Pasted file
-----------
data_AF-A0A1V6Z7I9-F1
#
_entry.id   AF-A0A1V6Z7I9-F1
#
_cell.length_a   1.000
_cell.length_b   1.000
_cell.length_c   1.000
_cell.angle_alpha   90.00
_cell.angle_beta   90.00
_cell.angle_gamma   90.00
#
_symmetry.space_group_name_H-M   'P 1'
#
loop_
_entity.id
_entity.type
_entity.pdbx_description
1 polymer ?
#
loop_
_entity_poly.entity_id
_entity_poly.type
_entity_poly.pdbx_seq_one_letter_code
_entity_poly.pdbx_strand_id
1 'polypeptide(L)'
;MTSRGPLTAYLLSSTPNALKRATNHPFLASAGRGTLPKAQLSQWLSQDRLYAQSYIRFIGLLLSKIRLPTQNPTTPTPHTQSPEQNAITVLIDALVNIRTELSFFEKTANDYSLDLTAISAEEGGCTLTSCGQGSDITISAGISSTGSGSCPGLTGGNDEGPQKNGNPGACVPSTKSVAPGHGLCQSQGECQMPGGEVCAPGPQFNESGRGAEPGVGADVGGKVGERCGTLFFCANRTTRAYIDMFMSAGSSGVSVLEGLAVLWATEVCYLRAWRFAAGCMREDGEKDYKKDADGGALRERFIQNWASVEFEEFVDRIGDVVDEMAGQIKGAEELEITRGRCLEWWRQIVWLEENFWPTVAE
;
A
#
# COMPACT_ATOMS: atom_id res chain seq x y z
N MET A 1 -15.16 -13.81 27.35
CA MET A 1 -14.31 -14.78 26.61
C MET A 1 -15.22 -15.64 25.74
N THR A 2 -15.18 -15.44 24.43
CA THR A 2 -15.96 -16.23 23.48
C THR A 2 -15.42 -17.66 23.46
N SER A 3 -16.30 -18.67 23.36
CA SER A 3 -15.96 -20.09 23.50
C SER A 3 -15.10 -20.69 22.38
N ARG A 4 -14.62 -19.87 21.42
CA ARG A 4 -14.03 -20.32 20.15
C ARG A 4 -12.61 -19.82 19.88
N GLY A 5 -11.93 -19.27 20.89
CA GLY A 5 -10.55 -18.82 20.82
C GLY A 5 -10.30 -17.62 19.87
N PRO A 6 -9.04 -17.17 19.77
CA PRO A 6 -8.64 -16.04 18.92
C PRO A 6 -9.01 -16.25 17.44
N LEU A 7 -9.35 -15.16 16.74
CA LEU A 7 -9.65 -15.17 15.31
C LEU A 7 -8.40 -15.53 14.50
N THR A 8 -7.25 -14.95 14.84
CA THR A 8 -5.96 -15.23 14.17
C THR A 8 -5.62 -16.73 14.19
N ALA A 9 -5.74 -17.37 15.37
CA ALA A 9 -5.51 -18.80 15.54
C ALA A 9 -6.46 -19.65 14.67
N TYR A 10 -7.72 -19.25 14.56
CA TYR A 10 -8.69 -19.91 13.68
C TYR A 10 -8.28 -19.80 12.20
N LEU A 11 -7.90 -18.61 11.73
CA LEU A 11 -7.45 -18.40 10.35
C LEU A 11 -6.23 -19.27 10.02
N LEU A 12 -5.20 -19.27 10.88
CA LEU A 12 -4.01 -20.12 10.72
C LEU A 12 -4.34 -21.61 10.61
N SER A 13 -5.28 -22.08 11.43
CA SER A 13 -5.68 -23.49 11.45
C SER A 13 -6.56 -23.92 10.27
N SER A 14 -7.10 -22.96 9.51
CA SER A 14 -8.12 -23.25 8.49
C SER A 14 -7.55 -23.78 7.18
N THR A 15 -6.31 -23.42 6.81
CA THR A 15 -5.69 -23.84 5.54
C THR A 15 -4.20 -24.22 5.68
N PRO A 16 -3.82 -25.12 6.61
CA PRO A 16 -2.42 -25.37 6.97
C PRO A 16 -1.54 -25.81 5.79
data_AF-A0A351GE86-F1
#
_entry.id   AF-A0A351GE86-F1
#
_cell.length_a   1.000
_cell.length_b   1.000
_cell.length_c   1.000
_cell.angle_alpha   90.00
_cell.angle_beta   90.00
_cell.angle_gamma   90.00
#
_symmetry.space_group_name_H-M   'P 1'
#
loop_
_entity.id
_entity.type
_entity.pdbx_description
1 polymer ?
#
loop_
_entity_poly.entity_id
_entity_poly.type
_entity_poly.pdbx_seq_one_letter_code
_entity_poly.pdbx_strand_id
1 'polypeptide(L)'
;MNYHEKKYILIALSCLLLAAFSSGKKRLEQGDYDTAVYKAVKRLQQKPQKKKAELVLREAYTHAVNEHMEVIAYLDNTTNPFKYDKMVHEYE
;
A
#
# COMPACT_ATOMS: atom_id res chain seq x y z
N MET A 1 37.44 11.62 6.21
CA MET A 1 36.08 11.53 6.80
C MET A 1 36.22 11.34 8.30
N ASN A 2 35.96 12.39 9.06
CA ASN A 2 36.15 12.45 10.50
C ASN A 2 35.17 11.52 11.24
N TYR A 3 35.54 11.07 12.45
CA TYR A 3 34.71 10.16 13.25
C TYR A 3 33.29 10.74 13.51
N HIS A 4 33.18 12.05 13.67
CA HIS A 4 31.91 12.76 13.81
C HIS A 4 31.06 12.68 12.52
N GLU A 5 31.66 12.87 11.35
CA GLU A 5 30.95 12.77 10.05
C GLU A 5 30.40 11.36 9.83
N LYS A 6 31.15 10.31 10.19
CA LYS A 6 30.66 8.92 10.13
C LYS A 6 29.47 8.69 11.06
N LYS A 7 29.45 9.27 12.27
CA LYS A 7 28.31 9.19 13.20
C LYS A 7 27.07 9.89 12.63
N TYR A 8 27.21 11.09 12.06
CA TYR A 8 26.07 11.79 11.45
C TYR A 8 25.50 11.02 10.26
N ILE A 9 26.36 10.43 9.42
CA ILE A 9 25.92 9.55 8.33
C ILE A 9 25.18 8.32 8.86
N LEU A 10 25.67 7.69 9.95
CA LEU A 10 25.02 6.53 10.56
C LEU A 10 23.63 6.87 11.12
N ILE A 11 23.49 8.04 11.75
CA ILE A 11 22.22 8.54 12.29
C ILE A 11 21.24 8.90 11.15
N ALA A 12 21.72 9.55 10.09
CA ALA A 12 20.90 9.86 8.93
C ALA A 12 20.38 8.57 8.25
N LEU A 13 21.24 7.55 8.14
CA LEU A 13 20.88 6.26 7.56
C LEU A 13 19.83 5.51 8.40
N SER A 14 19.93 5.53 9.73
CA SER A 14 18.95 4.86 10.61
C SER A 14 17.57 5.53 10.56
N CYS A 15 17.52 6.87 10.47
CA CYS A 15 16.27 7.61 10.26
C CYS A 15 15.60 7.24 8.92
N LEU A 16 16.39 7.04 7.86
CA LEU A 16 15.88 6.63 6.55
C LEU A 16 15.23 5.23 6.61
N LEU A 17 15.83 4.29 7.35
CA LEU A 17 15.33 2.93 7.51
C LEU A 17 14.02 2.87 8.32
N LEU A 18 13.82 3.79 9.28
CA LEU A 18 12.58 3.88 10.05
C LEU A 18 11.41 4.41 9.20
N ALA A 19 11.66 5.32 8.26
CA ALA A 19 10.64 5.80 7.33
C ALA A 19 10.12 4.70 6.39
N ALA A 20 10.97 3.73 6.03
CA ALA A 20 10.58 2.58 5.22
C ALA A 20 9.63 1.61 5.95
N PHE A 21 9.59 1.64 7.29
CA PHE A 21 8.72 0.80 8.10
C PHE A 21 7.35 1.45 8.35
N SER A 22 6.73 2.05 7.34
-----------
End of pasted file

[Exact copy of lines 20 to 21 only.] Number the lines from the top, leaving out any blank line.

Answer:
loop_
_entity_poly.entity_id